The ICG’s full report on Dagestan can be found at: http://www.crisisgroup.org/library/documents/europe/caucasus/192_russia_s_dagestan_conflict_causes.pdf.

The ICG’s report on Dagestan was presented at the Regnum news agency’s press center in Moscow on June 3. The news agency quoted Alain Délétroz, ICG vice president (Europe), as saying that large-scale warfare is unlikely to break out in Dagestan. “Nevertheless, the federal authorities need to undertake a serious anti-corruption effort and engage with youth to break the cycle of attacks and reprisals between security forces and militants, which has grown distinctly worse in the past year,” Délétroz said.

Kavkazky Uzel on May 27 quoted Moscow Helsinki Group chairwoman Lyudmila Alekseyeva as saying: “What went on in Chechnya during the war is what is actually going on in Ingushetia and Dagestan now in relation to innocent civilians. There is no war, but innocent civilians are being kidnapped, murdered [and] robbed.” The website quoted Novaya Gazeta military correspondent Vyacheslav Izmailov as saying that Dagestan is the most dangerous place in Russia for ordinary citizens and journalists alike. Those fighting for power in Dagestan, he said, are creating a tense situation in the republic. “Because in practically whatever district you take, officials are ordering killers against each other,” Kavkazky Uzel quoted Izmailov as saying. “And it is very dangerous for journalists in those conditions to speak the truth.”

Meanwhile, Kavkazky Uzel reported on June 4 that Ilyas Sharipov, a 29-year-old inhabitant of the village of Balakhani in Dagestan’s Untsukulsky district who was detained in the city of Khasavyurt on May 1 and whose relatives and lawyer were unable to determine his whereabouts, is in fact incarcerated in Khasavyurt’s remand prison. A source in Dagestan’s Interior Ministry said Sharipov is suspected of membership in “underground groups” operating on the outskirts of Balakhani and in crimes committed in the district, including a May 8 attack on police personnel in which no one was hurt. According to Sharipov’s lawyer, Nutsalai Magomadov, after Sharipov was detained in Khasavyurt on May 1, he was sent to the city of Buinaksk, where he was declared a suspect in kidnapping, illegal weapons possession and banditry, and was then sent to the republic’s capital, Makhachkala, where members of the republic’s anti-organized crime directorate (UBOP) alleged that his car had been used in the murder of police officers. The lawyer said that Sharipov was beaten and tortured while in custody and told he would be taken to Khankala, the Russian military base outside the Chechen capital Grozny, if he did not confess to the crimes.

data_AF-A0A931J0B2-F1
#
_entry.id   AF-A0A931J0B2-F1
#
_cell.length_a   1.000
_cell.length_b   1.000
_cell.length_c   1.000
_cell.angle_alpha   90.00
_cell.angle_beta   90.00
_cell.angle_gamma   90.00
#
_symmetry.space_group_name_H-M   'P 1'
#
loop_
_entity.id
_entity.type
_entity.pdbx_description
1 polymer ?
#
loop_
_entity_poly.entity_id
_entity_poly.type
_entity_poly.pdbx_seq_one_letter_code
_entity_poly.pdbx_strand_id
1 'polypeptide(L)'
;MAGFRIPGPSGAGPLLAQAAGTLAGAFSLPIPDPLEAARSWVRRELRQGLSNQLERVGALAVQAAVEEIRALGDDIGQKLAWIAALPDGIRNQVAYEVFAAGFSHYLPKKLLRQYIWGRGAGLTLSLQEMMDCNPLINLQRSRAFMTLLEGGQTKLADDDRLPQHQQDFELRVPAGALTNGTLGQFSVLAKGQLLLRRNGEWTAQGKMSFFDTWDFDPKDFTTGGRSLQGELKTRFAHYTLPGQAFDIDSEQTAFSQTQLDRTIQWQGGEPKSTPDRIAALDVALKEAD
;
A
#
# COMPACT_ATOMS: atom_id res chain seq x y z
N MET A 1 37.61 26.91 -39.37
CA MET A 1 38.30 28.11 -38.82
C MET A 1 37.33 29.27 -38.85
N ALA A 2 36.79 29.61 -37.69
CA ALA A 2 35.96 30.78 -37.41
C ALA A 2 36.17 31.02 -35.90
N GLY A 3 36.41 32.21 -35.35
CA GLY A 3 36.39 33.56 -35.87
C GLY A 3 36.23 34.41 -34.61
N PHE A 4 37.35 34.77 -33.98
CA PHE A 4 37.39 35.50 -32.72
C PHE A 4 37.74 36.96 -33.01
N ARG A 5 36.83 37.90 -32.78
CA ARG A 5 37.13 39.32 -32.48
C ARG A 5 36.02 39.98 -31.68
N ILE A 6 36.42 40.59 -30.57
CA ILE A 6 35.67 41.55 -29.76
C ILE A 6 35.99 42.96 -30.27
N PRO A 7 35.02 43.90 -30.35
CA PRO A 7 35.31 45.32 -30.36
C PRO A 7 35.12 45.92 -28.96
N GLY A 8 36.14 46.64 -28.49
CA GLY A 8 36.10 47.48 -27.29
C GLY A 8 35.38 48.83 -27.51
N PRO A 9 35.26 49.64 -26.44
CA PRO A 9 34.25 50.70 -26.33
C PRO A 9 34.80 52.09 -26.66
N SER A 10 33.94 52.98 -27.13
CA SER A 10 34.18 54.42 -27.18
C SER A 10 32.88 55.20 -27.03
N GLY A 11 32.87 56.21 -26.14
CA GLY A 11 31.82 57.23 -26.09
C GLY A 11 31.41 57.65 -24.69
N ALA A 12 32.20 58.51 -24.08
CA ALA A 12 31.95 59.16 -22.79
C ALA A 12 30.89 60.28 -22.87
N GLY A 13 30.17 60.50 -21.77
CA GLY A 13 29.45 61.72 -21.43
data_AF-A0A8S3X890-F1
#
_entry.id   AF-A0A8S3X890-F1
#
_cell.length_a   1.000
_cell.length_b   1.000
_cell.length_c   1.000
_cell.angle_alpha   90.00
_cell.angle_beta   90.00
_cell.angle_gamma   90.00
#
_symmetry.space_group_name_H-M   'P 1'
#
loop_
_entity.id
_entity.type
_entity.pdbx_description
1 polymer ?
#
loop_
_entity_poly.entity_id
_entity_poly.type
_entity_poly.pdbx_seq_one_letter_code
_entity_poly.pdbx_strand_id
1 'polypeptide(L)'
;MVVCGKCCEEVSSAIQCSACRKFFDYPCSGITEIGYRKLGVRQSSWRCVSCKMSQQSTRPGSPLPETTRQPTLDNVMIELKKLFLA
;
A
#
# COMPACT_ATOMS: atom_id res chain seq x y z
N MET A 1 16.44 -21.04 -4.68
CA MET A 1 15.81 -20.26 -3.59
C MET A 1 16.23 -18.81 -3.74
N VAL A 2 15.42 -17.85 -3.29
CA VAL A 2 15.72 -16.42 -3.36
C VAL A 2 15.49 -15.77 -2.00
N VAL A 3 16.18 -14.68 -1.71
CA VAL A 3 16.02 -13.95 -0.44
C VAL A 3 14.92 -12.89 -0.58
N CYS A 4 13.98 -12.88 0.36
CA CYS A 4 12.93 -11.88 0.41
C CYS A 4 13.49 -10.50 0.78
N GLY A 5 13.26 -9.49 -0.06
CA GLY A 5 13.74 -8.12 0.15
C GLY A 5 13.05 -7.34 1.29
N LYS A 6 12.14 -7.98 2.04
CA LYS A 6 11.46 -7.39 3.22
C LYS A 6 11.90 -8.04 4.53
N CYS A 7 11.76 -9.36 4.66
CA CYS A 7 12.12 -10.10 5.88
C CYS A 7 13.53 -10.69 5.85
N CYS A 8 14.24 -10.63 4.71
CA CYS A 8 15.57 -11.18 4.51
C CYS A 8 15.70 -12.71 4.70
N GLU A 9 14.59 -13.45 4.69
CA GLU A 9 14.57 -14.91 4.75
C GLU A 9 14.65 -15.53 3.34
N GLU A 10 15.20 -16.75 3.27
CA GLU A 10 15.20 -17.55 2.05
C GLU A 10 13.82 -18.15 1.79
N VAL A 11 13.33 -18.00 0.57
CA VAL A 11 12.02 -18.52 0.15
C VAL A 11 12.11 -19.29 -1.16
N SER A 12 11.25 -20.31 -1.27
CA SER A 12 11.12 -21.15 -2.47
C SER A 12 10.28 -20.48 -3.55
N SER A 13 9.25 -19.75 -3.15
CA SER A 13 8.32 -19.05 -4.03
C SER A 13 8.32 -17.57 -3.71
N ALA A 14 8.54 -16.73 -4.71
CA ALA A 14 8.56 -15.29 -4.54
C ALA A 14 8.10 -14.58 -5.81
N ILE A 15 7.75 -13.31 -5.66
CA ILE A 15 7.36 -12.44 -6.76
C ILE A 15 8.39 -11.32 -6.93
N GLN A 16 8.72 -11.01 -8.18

According to Kavkazky Uzel, another suspected member of the underground group that Ilyas Sharipov allegedly belonged to was seized by people in masks on May 1 and found in a Makhachkala jail only on May 9. The website quoted the head of the press service of Dagestan’s Interior Ministry, Mark Tolchinsky, as saying that the six men who made up the group were jailed on suspicion of preparing a series of terrorist acts timed to coincide with Russia’s May holidays.